New hope for allergy sufferers

November 21, 1997

JONATHAN Lamb, an internationally renowned immunologist, this week unveiled research he hopes will produce a dust mite vaccine to help asthma, rhinitis and eczema sufferers, writes Olga Wojtas.

Professor Lamb, appointed to the Glaxo Wellcome-British Lung Foundation chair of respiratory science at Edinburgh University, said in his inaugural lecturethat there was a growing understanding of the underlying mechanisms of allergic conditions such as asthma and rhinitis, which affect about 20 per cent of the population.

House dust mites trigger an inappropriate reaction of immune cells in susceptible individuals, leading to potentially serious symptoms of wheezing and shortness of breath, runny nose and sore eyes.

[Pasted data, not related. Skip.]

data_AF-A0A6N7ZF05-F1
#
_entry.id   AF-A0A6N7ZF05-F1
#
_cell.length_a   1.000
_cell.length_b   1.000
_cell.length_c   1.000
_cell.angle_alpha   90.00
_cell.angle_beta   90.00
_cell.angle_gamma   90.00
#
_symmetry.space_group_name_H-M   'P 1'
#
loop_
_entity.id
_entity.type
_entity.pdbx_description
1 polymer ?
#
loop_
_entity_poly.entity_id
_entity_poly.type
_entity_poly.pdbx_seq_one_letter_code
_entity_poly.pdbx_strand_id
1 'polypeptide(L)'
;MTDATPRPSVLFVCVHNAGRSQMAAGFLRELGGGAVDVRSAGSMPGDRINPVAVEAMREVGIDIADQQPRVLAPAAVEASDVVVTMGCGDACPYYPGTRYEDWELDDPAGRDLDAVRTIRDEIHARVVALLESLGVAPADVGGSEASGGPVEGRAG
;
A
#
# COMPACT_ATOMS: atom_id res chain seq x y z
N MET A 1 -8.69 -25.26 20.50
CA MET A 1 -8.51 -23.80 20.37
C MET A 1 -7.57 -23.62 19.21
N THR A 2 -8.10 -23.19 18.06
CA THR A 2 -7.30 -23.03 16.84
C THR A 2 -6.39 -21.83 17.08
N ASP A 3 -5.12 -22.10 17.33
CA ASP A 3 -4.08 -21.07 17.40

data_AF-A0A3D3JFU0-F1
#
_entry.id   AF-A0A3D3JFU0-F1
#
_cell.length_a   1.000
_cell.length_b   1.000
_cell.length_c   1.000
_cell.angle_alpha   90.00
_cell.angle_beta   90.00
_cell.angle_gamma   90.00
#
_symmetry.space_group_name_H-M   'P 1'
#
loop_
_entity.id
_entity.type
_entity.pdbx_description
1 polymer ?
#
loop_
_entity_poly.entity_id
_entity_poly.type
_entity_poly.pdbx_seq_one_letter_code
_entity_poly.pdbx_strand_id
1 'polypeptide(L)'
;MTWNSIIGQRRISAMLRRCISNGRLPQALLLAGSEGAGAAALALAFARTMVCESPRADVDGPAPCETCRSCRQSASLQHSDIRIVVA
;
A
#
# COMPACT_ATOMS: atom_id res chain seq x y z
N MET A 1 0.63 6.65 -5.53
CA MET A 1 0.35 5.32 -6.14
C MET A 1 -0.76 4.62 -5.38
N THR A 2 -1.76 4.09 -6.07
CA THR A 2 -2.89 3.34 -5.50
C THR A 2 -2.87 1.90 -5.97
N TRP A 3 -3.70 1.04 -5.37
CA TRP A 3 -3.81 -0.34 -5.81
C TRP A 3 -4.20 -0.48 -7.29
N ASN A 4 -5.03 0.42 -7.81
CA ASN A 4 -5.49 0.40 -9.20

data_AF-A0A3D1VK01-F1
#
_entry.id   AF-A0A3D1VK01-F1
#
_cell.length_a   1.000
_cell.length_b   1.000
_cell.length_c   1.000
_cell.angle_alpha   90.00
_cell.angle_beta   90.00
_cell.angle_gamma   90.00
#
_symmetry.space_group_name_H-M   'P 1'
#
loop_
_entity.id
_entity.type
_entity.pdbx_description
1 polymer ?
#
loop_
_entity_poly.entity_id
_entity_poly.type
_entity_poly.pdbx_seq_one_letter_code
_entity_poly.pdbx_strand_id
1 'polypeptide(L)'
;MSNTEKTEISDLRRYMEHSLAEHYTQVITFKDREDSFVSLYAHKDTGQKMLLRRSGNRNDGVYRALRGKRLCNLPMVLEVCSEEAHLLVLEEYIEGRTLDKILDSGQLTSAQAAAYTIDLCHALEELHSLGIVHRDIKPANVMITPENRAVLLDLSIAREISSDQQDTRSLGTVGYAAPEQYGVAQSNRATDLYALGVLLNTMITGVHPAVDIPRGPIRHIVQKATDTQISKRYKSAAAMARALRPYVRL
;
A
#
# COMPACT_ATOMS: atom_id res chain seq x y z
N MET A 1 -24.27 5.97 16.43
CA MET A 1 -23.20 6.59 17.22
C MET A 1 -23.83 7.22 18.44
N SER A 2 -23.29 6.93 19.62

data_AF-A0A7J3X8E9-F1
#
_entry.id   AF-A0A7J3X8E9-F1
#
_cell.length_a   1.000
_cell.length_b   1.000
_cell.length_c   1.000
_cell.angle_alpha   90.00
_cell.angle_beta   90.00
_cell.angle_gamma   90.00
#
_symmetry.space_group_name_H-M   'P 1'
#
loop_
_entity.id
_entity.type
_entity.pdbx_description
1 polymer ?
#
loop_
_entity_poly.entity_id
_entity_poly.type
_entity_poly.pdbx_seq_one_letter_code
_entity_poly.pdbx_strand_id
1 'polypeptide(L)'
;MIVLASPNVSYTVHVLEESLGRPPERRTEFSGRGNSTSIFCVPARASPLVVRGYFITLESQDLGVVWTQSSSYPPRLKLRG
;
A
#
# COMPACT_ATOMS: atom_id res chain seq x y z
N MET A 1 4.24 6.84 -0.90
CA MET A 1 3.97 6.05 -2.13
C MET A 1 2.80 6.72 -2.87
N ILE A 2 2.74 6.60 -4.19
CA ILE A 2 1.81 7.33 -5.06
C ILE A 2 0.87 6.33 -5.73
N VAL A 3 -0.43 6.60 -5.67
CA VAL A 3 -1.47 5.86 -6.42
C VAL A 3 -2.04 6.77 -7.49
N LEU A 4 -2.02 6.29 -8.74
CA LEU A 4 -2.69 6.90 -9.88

Professor Lamb's research is based on the idea of altering the balance of immune cells that control the body's defence against attack.

One theory is that a reduced exposure to harmful micro-organisms, brought about by improved medicines, coupled with increased exposure to pollutants such as dust mites, has disturbed the natural balance between the two major types of helper T cells.

The hope is to develop a vaccine, based on a genetically modified version of existing treatment such as the BCG vaccine, which will alter the way in which people with the allergy respond to the millions of house dust mites found in carpets, soft furnishings and bedding.

Professor Lamb said: "Lung disease including asthma, chronic bronchitis and emphysema kills almost three million people worldwide each year, representing around 6 per cent of all deaths.

"In Scotland, the percentage is even higher, with lung disease accounting for over 12 per cent of all deaths."

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